This procedure was specifically inserted into those cancer treatments to eliminate dead cancer cells and toxic die off, but it’s also useful for eliminating accrued toxins from years of living in our toxic environment and/or consuming toxic foods and beverages.
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Re: FIRST STEP-Take Vitamin D3 Before & After De-Stenosis.

Postby NZer1 » Wed Jan 30, 2013 12:24 pm

Another interesting study
http://www.ncbi.nlm.nih.gov/pubmed/23339019
Abstract
Multiple sclerosis is a neurological disorder that presents with symptoms including inflammation, neurodegeneration, and demyelination of the central nervous system (CNS). Secondary progressive multiple sclerosis (SPMS) manifests with serious physical disability. To quantitatively analyze differential protein expression in patients with SPMS, we performed two-dimensional fluorescence difference in-gel electrophoresis, followed by mass spectrometry on the cerebrospinal fluid of these patients and patients with other neurological diseases. Vitamin D-binding protein (DBP), gelsolin, albumin, etc. showed more than a 1.5-fold difference between the two groups. Based on these results, an experimental allergic encephalomyelitis (EAE) model of multiple sclerosis in Lewis rats was used to investigate DBP's role in the disease. Protein levels, mRNA transcripts, and ligands of DBP in different regions of the CNS were evaluated under various vitamin D intake levels. Here, DBP levels increased in the experimental rat groups compared to the control groups regardless of vitamin D intake. Moreover, DBP mRNA levels varied in different parts of the CNS including spinal cords in the experimental groups. The observed differences between DBP protein and mRNA levels in the experimental groups' spinal cords could be derived from the disruption of the blood-brain barrier. Furthermore, an interaction between DBP and actin was confirmed using coimmunoprecipitation and western blot. These results indicate a role for DBP in the actin scavenge system. Moreover, in the experimental group that received oral vitamin D3 supplement, we observed both delayed onset and diminished severity of the disease. When DBP was upregulated, however, the benefits from the vitamin D3 supplements were lost. Thus, we inferred that high levels of DBP were adverse to recovery. In conclusion, here we observed upregulated DBP in the cerebrospinal fluid could serve as a specific diagnostic biomarker for the progression of multiple sclerosis. Next, we demonstrate the vital function of increased levels of free vitamin D metabolites for multiple sclerosis treatment. Finally, vitamin D supplements may be particularly beneficial for SPMS patients.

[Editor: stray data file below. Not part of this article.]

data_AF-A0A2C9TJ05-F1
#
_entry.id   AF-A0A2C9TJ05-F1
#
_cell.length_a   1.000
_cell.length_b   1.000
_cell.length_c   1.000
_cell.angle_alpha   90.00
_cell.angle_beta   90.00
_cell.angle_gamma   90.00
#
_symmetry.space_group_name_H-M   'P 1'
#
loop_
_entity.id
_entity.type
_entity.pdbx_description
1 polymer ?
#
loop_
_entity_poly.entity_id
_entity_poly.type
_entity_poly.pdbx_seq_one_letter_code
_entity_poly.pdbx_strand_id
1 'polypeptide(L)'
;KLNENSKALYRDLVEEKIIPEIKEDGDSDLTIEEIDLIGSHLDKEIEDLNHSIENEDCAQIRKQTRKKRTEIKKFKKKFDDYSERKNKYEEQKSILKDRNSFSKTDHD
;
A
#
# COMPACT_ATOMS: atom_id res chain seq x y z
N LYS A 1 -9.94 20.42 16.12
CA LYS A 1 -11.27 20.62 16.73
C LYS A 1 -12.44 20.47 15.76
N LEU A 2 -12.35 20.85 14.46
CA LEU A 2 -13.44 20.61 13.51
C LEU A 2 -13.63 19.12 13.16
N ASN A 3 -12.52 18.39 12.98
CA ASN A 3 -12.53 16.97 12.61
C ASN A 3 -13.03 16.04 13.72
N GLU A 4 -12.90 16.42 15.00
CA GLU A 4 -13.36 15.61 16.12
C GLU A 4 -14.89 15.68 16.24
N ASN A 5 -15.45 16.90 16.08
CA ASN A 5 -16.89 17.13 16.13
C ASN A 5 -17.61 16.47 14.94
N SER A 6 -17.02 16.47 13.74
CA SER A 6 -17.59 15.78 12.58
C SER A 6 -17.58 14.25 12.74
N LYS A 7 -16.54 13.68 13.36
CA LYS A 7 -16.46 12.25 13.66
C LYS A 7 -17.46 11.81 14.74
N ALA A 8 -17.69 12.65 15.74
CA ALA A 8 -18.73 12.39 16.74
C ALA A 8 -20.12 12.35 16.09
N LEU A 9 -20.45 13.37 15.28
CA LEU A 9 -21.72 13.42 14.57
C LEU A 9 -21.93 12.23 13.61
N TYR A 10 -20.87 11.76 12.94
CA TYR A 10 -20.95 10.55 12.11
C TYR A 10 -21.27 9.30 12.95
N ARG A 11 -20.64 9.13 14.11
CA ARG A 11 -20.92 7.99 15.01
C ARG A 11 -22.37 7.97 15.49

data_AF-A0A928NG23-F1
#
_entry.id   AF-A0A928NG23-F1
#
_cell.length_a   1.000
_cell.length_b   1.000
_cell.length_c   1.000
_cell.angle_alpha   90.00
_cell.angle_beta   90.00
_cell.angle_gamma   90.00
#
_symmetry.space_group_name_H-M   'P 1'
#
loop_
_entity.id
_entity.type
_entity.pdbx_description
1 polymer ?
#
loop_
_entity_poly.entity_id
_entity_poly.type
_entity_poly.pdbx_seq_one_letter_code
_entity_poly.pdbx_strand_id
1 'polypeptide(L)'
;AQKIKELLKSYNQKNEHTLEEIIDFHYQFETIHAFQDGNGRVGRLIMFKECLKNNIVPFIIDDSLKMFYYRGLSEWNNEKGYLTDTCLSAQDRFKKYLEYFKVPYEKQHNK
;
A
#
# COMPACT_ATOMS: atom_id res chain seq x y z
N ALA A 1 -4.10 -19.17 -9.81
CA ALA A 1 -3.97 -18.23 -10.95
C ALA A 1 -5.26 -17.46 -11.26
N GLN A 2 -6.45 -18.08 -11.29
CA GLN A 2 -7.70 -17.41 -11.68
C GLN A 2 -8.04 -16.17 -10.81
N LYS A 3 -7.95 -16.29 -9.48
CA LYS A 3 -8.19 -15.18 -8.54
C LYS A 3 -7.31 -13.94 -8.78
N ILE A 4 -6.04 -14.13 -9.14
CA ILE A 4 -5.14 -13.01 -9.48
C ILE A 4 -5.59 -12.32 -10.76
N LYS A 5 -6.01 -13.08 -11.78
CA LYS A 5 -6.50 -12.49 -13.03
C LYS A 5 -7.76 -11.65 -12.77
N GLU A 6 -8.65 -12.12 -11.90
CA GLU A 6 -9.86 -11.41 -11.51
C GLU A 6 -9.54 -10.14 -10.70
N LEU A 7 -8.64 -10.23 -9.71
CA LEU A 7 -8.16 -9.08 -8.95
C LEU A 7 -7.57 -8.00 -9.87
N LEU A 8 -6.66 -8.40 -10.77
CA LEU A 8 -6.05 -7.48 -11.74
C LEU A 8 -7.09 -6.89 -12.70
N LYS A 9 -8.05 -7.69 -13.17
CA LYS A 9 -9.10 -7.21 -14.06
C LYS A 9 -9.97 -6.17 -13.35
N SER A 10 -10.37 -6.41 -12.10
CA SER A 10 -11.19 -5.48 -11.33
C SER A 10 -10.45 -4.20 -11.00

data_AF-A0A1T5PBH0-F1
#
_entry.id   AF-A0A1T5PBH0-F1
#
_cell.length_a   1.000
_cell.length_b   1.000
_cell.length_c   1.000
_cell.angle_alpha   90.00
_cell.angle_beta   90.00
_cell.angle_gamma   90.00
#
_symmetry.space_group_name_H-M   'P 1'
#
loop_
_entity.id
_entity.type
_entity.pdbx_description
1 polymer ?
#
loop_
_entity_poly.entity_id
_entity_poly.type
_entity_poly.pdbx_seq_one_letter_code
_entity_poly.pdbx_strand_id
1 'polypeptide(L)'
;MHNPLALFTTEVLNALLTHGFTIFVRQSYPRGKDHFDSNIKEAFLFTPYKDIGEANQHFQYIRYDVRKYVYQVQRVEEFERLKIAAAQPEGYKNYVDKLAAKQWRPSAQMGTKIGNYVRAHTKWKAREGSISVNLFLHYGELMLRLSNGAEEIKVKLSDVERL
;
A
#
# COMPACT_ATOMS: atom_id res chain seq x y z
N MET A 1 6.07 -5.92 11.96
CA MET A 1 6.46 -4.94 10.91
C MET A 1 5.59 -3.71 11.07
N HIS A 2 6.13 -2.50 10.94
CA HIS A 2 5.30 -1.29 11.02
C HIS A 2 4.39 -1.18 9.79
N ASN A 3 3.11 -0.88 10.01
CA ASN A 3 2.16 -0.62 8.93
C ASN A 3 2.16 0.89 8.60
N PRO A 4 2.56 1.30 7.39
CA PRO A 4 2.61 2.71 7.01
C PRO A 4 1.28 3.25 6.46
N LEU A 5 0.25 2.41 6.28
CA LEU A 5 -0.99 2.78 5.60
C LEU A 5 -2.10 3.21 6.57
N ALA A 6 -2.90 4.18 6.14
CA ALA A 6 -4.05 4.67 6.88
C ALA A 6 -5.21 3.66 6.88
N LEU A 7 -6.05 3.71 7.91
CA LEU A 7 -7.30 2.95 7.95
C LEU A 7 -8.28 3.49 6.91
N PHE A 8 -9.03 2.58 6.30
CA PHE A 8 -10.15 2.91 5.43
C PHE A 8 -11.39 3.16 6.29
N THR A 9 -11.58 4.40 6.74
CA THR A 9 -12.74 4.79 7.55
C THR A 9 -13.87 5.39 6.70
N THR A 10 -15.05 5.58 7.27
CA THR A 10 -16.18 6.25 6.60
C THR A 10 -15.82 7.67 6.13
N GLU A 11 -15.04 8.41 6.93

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Re: FIRST STEP-Take Vitamin D3 Before & After De-Stenosis.

Postby jimmylegs » Wed Jan 30, 2013 1:02 pm

yes liver is part of the process. sun + 7-dehydrocholesterol = cholecalciferol. next, hydroxylation of cholecalciferol in the liver = 25(OH)D3. next, hydroxylation of 25(OH)D3 in the kidney = 1,25(OH)2D3. you need zinc (among other things) for proper liver function. liver has high cell turnover so great capacity for repair. zinc reverses cirrhosis.

older chat re the ms liver
general-discussion-f1/topic6906.html
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Re: FIRST STEP-Take Vitamin D3 Before & After De-Stenosis.

Postby NZer1 » Wed Jan 30, 2013 3:26 pm

Thanks Jimmylegs,
I am trying to catch up on so much info. I haven't looked at other threads on things like ABx before and I am amazed how much knowledge has been around for years and yet it hasn't been put in one place to direct understanding of MS etc.
CCSVI Alliance appears to be doing that, thanks to their vision we will see all sorts of data inter-connect new insights.

Regards,
Nigel
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Re: FIRST STEP-Take Vitamin D3 Before & After De-Stenosis.

Postby NZer1 » Fri Feb 01, 2013 4:31 pm

Quote from http://fibrotv.com/2012/09/the-magnesiu ... -not-know/
Magnesium is the key factor in converting vitamin D-3 into 1,25D? the only form of vitamin D the body can use. Magnesium from supplements does not work well because the body has a difficult time metabolizing minerals that are not combined with food. Because of this, magnesium rich vegetables are the simplest, easiest, and most efficient way for the body to build up a sufficient store of magnesium to meet the body’s various every day needs. Having a deficiency of magnesium is not only harmful to the body, it is wasteful; your body will not be able to convert all of the vitamin D-3 you are getting, from supplements or sun, into its useable form.


The Best Ways To Get Vitamin D

Sunlight

Sunlight spurs the body to make vitamin D. Part of the reason we are Vitamin D deficient is we spend less time outdoors than we once did. When we do go outside we are in fear of the sun because it has been drilled into our heads that it causes skin cancer so we slap on sunblock. Sunblock BLOCKS the absorption of Vitamin D. Instead of slapping on the sunblock right away go out and get 20-30 minutes of sun during the early morning hours when the suns rays are less intense and less likely to burn your skin. Make sure you are not all covered up with clothes as well. You want the sun to hit as much of the body as possible!


Fatty Fish


Fatty fish can be a good source of vitamin D. Common options include salmon, trout, mackerel, tuna and eel. Make sure to get wild caught fish and not farm raised. Farm raised fish have high levels of mercury which is a toxin to the body.


Certain Mushrooms